Consuming cannabis when you’re pregnant has been a highly contested subject for some time. On one hand, cannabis can be incredibly helpful with morning sickness, aches, and cramps that pregnant women experience. In other words, for the mother, cannabis can be therapeutic. But little is known about how cannabis might affect the fetus, whether in the beginning of a pregnancy or toward the end. In particular, the question is more pertinent when it comes to taking high doses of THC, the active psychoactive compound in weed, as opposed to high doses of CBD, another prominent, though non-psychotropic compound in cannabis.
Most conventional practitioners of western medicine will tell you point blank not to smoke weed when you’re pregnant. According to the American Congress of Obstetricians and Gynecologists, “Worrisome trends do emerge,” despite a general lack of data on the issue. Children whose mothers used cannabis when they were pregnant are more likely to have behavioral or cognitive problems later on in life.
For starters, cannabis, and THC in particular, could affect the development of a child’s brain. This comes into play not only in utero, but also with breastfeeding.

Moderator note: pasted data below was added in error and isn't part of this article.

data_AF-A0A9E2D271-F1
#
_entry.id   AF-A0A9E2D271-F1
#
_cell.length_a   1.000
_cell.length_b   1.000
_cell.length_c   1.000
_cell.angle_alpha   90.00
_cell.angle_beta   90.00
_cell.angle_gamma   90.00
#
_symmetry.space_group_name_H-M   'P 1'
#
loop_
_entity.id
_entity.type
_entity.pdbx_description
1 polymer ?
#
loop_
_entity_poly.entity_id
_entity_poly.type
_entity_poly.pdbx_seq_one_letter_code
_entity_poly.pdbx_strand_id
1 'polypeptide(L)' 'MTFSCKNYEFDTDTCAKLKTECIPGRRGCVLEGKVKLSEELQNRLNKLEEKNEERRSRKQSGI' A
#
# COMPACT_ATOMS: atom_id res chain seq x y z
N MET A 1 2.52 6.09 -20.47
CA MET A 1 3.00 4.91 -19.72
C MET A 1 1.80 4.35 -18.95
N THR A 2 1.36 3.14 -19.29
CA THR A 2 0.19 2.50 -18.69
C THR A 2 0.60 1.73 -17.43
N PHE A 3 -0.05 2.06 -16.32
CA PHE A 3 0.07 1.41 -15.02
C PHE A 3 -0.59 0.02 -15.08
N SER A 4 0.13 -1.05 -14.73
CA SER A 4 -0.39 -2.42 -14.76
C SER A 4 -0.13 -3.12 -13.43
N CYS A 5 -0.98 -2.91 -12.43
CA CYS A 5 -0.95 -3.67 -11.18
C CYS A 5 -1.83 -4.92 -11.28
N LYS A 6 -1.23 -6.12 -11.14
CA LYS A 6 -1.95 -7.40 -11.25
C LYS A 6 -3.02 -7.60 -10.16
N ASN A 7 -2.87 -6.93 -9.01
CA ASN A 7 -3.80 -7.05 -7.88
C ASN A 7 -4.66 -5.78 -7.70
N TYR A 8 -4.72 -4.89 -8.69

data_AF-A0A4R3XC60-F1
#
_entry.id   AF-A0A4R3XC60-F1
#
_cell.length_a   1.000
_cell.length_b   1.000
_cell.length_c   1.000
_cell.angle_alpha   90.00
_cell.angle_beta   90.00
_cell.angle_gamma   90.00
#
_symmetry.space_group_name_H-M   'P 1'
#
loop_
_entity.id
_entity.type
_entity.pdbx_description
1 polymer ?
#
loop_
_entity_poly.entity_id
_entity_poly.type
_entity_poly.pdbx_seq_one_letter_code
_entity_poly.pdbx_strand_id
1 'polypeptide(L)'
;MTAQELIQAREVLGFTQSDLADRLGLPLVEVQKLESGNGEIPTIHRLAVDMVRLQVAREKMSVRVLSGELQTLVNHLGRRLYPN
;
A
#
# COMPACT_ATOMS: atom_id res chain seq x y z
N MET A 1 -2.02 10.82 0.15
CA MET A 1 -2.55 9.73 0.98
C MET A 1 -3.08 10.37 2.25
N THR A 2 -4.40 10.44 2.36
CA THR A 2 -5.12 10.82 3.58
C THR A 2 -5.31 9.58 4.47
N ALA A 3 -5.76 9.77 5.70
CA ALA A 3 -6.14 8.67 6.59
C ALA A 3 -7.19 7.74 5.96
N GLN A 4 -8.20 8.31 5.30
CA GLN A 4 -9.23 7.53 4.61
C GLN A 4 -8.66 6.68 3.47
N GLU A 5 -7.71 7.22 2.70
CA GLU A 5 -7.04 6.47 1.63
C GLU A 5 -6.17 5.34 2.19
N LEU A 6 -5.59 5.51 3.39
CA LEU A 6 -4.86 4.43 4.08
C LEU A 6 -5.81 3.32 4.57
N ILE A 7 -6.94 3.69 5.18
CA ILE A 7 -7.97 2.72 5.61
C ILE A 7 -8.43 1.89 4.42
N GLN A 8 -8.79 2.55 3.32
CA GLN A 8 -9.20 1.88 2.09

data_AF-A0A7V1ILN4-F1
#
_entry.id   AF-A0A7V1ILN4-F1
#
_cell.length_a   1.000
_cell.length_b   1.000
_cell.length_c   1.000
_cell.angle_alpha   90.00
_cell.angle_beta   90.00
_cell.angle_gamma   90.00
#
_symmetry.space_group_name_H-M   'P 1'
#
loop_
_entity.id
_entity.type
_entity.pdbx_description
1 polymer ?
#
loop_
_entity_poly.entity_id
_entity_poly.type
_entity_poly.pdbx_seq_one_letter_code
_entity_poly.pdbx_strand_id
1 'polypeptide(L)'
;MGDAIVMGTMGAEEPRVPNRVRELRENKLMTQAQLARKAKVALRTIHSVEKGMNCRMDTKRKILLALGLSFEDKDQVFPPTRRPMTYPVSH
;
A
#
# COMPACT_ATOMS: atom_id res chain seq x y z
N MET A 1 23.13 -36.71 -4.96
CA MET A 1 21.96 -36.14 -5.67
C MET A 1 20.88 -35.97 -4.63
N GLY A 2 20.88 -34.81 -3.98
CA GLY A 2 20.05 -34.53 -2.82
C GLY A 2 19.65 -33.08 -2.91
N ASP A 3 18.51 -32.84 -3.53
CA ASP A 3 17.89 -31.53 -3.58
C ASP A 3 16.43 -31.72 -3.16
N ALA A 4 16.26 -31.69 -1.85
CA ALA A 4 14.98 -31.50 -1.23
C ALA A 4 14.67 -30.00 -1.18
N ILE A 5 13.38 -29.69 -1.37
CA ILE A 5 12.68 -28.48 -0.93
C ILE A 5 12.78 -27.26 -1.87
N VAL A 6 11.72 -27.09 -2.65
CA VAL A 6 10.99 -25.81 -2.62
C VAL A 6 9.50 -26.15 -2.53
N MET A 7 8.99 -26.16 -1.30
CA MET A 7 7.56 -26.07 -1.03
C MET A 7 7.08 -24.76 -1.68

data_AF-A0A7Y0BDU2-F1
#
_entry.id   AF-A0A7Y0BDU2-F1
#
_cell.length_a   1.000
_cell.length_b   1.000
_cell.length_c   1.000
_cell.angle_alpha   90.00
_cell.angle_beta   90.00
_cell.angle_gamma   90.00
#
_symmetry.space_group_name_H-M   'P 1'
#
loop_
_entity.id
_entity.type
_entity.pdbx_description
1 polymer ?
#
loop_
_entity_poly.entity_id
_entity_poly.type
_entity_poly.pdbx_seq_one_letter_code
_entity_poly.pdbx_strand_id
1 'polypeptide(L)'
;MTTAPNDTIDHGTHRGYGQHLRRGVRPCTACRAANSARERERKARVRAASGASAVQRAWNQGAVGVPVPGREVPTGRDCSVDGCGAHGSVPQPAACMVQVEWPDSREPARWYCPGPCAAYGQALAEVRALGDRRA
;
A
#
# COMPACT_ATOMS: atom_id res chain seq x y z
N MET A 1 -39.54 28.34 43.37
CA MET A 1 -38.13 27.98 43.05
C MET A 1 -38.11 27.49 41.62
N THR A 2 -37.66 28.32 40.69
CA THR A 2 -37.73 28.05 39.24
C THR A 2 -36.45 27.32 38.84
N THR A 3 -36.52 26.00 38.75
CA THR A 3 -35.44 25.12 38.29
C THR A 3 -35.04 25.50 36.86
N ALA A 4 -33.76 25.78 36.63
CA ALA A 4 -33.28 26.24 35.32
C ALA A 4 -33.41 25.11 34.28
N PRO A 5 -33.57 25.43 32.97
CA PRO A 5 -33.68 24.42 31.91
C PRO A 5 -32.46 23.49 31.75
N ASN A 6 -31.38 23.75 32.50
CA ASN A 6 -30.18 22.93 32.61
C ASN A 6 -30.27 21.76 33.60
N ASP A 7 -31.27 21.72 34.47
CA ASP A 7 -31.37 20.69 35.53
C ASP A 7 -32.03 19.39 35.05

According to Dr. Diana Dow-Edwards at SUNY Downstate Medical Center, THC affects or interferes with how neurons connect to one another. “This of course is the whole essence of the brain,” she says. “One neuron connects to the next, which connects to the next.”
Two studies that began in 1978 and 1982, which looked at women who chose to use cannabis during pregnancy, as opposed to those who didn’t, followed the children for decades. The pregnancies in both sets of women were comparable, but the children whose mothers consumed cannabis were later on more likely to have issues with attention, memory, and hyperactivity.
Another study from Jamaica also looked at babies whose mothers smoked when pregnant as opposed to those whose mothers did not. The researchers found that babies whose mothers smoked weed scored higher in reflex tests and basic functions like blood pressure and heart rate, while also being more alert and less irritable.
When the research team followed up with the children four and five years later, they saw no difference in the IQs of both groups. “We can’t really conclude that there’s necessarily no impact from ganja use prenatally whatsoever, but what can be concluded is that the child who attends basic school regularly, is provided with a variety of stimulating experiences at home, who is encouraged to show mature behavior, has a profoundly better chance of performing at a higher level on the skills measured by the McCarthy [IQ testing] whether or not his or her mother consumed ganja during pregnancy,” said Dr. Melanie Dreher, who led the study.
All this taken into account, the kind of weed a pregnant mother is smoking could also affect the impact on her baby. To avoid the risks of THC, especially on the baby’s cognition, mothers might opt instead for cannabis products high in CBD.